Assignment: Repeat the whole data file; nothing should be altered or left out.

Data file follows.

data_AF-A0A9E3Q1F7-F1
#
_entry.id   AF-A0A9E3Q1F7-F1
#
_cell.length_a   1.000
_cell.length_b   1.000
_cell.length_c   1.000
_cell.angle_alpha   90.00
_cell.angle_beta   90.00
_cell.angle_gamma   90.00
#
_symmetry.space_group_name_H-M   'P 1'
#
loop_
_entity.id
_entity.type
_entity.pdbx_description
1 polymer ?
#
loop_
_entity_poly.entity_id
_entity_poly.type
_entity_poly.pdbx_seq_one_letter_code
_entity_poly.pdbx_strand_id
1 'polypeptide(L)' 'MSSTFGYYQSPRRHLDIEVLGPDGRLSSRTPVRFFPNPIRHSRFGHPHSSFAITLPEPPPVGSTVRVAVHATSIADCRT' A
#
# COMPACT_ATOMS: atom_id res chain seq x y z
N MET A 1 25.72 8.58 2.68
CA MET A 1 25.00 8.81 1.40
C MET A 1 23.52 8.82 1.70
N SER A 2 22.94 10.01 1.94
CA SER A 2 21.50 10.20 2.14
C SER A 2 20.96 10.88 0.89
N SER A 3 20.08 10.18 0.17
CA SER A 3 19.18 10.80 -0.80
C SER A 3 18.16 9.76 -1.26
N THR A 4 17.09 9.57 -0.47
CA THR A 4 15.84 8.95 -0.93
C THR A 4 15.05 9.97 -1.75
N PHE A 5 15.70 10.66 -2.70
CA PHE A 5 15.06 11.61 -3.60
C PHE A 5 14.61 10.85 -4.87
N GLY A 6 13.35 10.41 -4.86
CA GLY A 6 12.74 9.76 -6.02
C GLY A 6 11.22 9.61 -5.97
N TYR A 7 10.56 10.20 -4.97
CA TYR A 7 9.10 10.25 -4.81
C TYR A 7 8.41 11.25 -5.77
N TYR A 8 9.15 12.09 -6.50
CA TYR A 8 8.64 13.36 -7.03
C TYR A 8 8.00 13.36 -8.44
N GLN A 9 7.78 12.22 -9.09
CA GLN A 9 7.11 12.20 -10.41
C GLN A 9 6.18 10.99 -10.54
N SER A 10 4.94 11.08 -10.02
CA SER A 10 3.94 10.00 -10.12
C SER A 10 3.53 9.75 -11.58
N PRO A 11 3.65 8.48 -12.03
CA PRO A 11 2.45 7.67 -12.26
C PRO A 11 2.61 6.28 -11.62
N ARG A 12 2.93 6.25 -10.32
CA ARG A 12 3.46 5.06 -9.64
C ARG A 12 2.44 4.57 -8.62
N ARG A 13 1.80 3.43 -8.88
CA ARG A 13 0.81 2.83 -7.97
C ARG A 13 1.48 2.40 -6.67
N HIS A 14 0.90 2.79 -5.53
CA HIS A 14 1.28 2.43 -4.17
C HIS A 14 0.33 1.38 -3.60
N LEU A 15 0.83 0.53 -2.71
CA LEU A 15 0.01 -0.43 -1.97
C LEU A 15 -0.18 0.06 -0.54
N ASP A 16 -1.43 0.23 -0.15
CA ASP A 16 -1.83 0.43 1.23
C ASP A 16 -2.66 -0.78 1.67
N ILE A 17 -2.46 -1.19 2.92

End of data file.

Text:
data_AF-A0A9E3Q1F7-F1
#
_entry.id   AF-A0A9E3Q1F7-F1
#
_cell.length_a   1.000
_cell.length_b   1.000
_cell.length_c   1.000
_cell.angle_alpha   90.00
_cell.angle_beta   90.00
_cell.angle_gamma   90.00
#
_symmetry.space_group_name_H-M   'P 1'
#
loop_
_entity.id
_entity.type
_entity.pdbx_description
1 polymer ?
#
loop_
_entity_poly.entity_id
_entity_poly.type
_entity_poly.pdbx_seq_one_letter_code
_entity_poly.pdbx_strand_id
1 'polypeptide(L)' 'MSSTFGYYQSPRRHLDIEVLGPDGRLSSRTPVRFFPNPIRHSRFGHPHSSFAITLPEPPPVGSTVRVAVHATSIADCRT' A
#
# COMPACT_ATOMS: atom_id res chain seq x y z
N MET A 1 25.72 8.58 2.68
CA MET A 1 25.00 8.81 1.40
C MET A 1 23.52 8.82 1.70
N SER A 2 22.94 10.01 1.94
CA SER A 2 21.50 10.20 2.14
C SER A 2 20.96 10.88 0.89
N SER A 3 20.08 10.18 0.17
CA SER A 3 19.18 10.80 -0.80
C SER A 3 18.16 9.76 -1.26
N THR A 4 17.09 9.57 -0.47
CA THR A 4 15.84 8.95 -0.93
C THR A 4 15.05 9.97 -1.75
N PHE A 5 15.70 10.66 -2.70
CA PHE A 5 15.06 11.61 -3.60
C PHE A 5 14.61 10.85 -4.87
N GLY A 6 13.35 10.41 -4.86
CA GLY A 6 12.74 9.76 -6.02
C GLY A 6 11.22 9.61 -5.97
N TYR A 7 10.56 10.20 -4.97
CA TYR A 7 9.10 10.25 -4.81
C TYR A 7 8.41 11.25 -5.77
N TYR A 8 9.15 12.09 -6.50
CA TYR A 8 8.64 13.36 -7.03
C TYR A 8 8.00 13.36 -8.44
N GLN A 9 7.78 12.22 -9.09
CA GLN A 9 7.11 12.20 -10.41
C GLN A 9 6.18 10.99 -10.54
N SER A 10 4.94 11.08 -10.02
CA SER A 10 3.94 10.00 -10.12
C SER A 10 3.53 9.75 -11.58
N PRO A 11 3.65 8.48 -12.03
CA PRO A 11 2.45 7.67 -12.26
C PRO A 11 2.61 6.28 -11.62
N ARG A 12 2.93 6.25 -10.32
CA ARG A 12 3.46 5.06 -9.64
C ARG A 12 2.44 4.57 -8.62
N ARG A 13 1.80 3.43 -8.88
CA ARG A 13 0.81 2.83 -7.97
C ARG A 13 1.48 2.40 -6.67
N HIS A 14 0.90 2.79 -5.53
CA HIS A 14 1.28 2.43 -4.17
C HIS A 14 0.33 1.38 -3.60
N LEU A 15 0.83 0.53 -2.71
CA LEU A 15 0.01 -0.43 -1.97
C LEU A 15 -0.18 0.06 -0.54
N ASP A 16 -1.43 0.23 -0.15
CA ASP A 16 -1.83 0.43 1.23
C ASP A 16 -2.66 -0.78 1.67
N ILE A 17 -2.46 -1.19 2.92